Mrs. McManaman was born in Ireland, a daughter of the late Hugh O’Neill and Mary [Kelly] O’Neill, and came to this country when an infant, her parents settling in Short Mountain, Schuylkill County [sic].

From Short Mountain, the family moved to Wiconisco, Dauphin County.  Mrs. McManaman came to Mount Carmel in 1887.

She was in excellent health until six years ago.  A stroke of apoplexy weakened her and her condition rapidly declined since then.

To survive, she leaves the following sons and daughters:  Mrs. Julia Murray, Brooklyn; Mrs. Mary Breslin, at home; Mrs. John Whalen, Mt. Carmel; James McManaman, Brooklyn; Mrs. Joseph Yeager, Brooklyn; Frances McManaman, Dooleyville; and Mrs. John Coval, Brooklyn.

One brother, Hugh O’Neill, Brooklyn; 32 grandchildren, and eight great grandchildren also survive.

The funeral will be held Monday morning with services in the Church of Our Lady at 8:30 o’clock.  Burial will be made in St. Mary’s Cemetery at Beaverdale.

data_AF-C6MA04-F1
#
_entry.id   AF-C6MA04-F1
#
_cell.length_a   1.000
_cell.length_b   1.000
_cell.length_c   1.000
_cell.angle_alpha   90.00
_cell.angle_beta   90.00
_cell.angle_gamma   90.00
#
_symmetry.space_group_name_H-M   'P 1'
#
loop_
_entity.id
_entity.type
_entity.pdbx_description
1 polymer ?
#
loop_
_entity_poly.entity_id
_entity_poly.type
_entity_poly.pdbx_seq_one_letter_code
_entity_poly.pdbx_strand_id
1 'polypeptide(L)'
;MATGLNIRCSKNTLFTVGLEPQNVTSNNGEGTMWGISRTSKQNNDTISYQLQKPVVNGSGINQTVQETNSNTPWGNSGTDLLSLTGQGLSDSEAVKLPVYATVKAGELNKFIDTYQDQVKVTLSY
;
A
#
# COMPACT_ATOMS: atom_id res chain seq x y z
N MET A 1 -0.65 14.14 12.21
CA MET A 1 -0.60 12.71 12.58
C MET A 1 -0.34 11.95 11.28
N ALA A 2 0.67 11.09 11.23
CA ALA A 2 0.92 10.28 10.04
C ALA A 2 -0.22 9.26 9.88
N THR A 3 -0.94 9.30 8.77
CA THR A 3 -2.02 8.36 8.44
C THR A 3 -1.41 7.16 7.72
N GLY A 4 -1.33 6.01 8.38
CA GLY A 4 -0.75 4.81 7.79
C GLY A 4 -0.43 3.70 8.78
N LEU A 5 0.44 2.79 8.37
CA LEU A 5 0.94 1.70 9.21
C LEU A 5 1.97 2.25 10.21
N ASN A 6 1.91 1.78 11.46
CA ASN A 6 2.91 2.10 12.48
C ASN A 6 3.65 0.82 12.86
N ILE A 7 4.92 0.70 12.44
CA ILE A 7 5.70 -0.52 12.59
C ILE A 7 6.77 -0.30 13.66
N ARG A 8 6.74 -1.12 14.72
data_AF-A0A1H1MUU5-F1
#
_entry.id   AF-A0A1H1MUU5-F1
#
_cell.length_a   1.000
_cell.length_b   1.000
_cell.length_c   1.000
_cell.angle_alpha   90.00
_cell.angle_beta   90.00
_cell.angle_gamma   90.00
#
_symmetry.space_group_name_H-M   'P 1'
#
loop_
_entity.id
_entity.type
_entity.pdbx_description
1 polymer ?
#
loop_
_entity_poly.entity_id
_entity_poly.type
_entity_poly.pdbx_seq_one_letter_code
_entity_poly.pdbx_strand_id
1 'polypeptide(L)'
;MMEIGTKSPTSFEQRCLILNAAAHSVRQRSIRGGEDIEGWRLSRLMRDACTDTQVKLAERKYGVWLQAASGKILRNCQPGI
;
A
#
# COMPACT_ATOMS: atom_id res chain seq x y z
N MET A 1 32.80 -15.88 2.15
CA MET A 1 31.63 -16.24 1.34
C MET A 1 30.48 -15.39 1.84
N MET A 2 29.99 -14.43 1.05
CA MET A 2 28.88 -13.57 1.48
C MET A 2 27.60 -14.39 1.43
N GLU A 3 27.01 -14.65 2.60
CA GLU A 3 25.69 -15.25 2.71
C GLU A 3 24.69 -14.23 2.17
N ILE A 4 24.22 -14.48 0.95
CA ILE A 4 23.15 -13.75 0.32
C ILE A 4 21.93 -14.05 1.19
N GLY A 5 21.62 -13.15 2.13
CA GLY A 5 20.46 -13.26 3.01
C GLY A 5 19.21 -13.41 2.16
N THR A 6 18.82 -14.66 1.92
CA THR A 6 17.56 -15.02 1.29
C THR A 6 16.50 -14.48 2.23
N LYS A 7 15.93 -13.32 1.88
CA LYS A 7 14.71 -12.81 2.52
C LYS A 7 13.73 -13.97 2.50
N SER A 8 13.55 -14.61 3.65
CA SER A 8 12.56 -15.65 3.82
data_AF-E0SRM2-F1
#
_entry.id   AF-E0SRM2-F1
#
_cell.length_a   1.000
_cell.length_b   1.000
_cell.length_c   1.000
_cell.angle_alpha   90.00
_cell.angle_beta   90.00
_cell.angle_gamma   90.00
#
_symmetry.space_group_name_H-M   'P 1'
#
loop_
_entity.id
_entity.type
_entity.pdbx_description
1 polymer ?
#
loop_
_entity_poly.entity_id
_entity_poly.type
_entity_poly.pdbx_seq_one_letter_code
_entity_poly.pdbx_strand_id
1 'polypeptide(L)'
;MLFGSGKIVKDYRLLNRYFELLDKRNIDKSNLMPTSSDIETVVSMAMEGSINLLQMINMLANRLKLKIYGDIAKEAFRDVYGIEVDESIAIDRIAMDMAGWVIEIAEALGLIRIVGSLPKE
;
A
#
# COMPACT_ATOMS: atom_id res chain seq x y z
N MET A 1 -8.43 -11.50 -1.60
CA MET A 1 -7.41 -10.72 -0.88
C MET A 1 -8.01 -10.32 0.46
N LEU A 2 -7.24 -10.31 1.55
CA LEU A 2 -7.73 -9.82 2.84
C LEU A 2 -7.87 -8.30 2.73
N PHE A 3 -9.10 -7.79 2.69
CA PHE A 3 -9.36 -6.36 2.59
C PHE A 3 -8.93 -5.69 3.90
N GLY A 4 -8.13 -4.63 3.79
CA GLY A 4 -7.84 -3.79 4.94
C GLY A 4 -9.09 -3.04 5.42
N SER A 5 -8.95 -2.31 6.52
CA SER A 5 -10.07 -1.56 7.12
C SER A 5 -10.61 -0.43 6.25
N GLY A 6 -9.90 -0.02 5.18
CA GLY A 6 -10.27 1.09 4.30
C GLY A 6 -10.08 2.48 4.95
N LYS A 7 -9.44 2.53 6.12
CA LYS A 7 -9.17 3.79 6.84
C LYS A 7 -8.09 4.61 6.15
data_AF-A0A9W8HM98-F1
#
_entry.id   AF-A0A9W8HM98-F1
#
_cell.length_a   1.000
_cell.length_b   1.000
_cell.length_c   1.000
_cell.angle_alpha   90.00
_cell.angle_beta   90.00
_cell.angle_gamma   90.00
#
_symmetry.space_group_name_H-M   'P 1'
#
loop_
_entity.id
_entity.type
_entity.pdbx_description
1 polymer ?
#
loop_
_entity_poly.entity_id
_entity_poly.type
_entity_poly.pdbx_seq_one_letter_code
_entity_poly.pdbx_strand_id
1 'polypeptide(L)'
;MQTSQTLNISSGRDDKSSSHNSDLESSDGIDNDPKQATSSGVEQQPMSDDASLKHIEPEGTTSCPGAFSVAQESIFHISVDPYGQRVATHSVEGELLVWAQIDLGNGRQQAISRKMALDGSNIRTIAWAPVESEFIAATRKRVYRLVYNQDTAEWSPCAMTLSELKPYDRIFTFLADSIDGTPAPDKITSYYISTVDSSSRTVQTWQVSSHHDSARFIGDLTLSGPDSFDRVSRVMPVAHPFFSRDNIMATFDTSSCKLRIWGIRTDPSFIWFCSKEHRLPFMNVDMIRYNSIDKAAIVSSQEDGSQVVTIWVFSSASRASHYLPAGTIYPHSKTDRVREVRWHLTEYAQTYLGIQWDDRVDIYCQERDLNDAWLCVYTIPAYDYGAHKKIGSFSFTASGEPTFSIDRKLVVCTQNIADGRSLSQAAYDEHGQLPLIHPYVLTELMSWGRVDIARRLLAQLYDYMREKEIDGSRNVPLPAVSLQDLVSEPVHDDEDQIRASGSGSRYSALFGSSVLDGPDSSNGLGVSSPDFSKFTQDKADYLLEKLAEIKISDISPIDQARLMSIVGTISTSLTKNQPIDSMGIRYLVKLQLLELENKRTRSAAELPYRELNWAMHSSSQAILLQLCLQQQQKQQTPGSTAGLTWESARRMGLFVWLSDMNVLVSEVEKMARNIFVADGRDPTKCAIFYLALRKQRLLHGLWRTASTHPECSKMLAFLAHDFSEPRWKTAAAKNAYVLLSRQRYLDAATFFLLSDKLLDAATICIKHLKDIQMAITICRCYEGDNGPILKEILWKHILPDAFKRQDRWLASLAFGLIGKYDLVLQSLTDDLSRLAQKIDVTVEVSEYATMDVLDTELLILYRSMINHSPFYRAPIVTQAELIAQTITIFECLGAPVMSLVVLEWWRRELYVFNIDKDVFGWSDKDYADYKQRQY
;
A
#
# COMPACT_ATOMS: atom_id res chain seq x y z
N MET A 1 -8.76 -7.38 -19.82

The two locations from the Lykens Valley area noted in the obituary are:  Short Mountain and Wiconisco.

Daniel McManemy was located in the Wiconisco Township census of 1850.  He was living with his parents, Neal McManemy, age 39, a shoemaker, born in Ireland, and Judith McManemy, age 42, born in Cape Breton, Nova Scotia.  One younger brother, James McManemy, was named, age 0.

In 1860, the family was living in Reilly Township, Schuylkill County, where the father, Con McNamana, age 51 was working as a shoemaker,and mother Judy McNamana, indicated she was born in Nova Scotia.  Daniel McNamana, age 14, was working as a shoemaker, and the younger brother, James McNamana, age 10, was also still in the household.

In 1870, Daniel McNammany, age 24, is living in Porter Township, Schuylkill County, and working as a miner.  His wife, Alice McNammany, age 21, was keeping house.  One child appears in this census, Julia McNammany, age 2, at home.